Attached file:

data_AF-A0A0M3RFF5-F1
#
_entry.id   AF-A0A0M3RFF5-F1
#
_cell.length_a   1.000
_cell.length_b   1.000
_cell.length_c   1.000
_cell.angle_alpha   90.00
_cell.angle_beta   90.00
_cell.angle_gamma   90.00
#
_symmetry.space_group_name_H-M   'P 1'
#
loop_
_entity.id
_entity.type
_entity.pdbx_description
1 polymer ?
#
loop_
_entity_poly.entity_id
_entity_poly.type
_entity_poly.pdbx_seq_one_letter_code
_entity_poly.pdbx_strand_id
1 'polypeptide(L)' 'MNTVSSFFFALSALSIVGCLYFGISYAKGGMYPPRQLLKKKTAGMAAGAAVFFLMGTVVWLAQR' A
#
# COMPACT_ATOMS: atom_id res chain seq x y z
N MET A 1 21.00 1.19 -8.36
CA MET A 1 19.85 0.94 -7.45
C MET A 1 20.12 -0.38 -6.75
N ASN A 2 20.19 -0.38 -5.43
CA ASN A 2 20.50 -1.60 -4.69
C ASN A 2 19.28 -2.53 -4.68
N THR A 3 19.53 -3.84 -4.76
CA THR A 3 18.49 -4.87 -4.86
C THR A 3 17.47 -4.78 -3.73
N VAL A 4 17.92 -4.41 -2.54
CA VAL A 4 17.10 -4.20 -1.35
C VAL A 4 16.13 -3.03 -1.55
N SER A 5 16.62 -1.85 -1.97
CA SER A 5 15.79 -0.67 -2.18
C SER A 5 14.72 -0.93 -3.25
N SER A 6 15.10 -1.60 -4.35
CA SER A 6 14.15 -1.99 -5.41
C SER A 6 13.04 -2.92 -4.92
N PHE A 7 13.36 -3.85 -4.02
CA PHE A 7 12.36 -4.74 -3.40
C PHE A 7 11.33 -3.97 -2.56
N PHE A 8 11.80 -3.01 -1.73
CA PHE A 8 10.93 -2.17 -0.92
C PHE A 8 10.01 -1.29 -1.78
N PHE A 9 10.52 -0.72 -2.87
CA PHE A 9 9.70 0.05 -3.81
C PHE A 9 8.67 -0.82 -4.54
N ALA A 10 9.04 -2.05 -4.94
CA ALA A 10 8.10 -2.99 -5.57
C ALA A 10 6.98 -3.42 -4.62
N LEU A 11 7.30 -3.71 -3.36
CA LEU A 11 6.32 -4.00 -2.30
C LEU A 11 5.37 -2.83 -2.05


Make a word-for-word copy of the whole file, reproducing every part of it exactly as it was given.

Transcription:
data_AF-A0A0M3RFF5-F1
#
_entry.id   AF-A0A0M3RFF5-F1
#
_cell.length_a   1.000
_cell.length_b   1.000
_cell.length_c   1.000
_cell.angle_alpha   90.00
_cell.angle_beta   90.00
_cell.angle_gamma   90.00
#
_symmetry.space_group_name_H-M   'P 1'
#
loop_
_entity.id
_entity.type
_entity.pdbx_description
1 polymer ?
#
loop_
_entity_poly.entity_id
_entity_poly.type
_entity_poly.pdbx_seq_one_letter_code
_entity_poly.pdbx_strand_id
1 'polypeptide(L)' 'MNTVSSFFFALSALSIVGCLYFGISYAKGGMYPPRQLLKKKTAGMAAGAAVFFLMGTVVWLAQR' A
#
# COMPACT_ATOMS: atom_id res chain seq x y z
N MET A 1 21.00 1.19 -8.36
CA MET A 1 19.85 0.94 -7.45
C MET A 1 20.12 -0.38 -6.75
N ASN A 2 20.19 -0.38 -5.43
CA ASN A 2 20.50 -1.60 -4.69
C ASN A 2 19.28 -2.53 -4.68
N THR A 3 19.53 -3.84 -4.76
CA THR A 3 18.49 -4.87 -4.86
C THR A 3 17.47 -4.78 -3.73
N VAL A 4 17.92 -4.41 -2.54
CA VAL A 4 17.10 -4.20 -1.35
C VAL A 4 16.13 -3.03 -1.55
N SER A 5 16.62 -1.85 -1.97
CA SER A 5 15.79 -0.67 -2.18
C SER A 5 14.72 -0.93 -3.25
N SER A 6 15.10 -1.60 -4.35
CA SER A 6 14.15 -1.99 -5.41
C SER A 6 13.04 -2.92 -4.92
N PHE A 7 13.36 -3.85 -4.02
CA PHE A 7 12.36 -4.74 -3.40
C PHE A 7 11.33 -3.97 -2.56
N PHE A 8 11.80 -3.01 -1.73
CA PHE A 8 10.93 -2.17 -0.92
C PHE A 8 10.01 -1.29 -1.78
N PHE A 9 10.52 -0.72 -2.87
CA PHE A 9 9.70 0.05 -3.81
C PHE A 9 8.67 -0.82 -4.54
N ALA A 10 9.04 -2.05 -4.94
CA ALA A 10 8.10 -2.99 -5.57
C ALA A 10 6.98 -3.42 -4.62
N LEU A 11 7.30 -3.71 -3.36
CA LEU A 11 6.32 -4.00 -2.30
C LEU A 11 5.37 -2.83 -2.05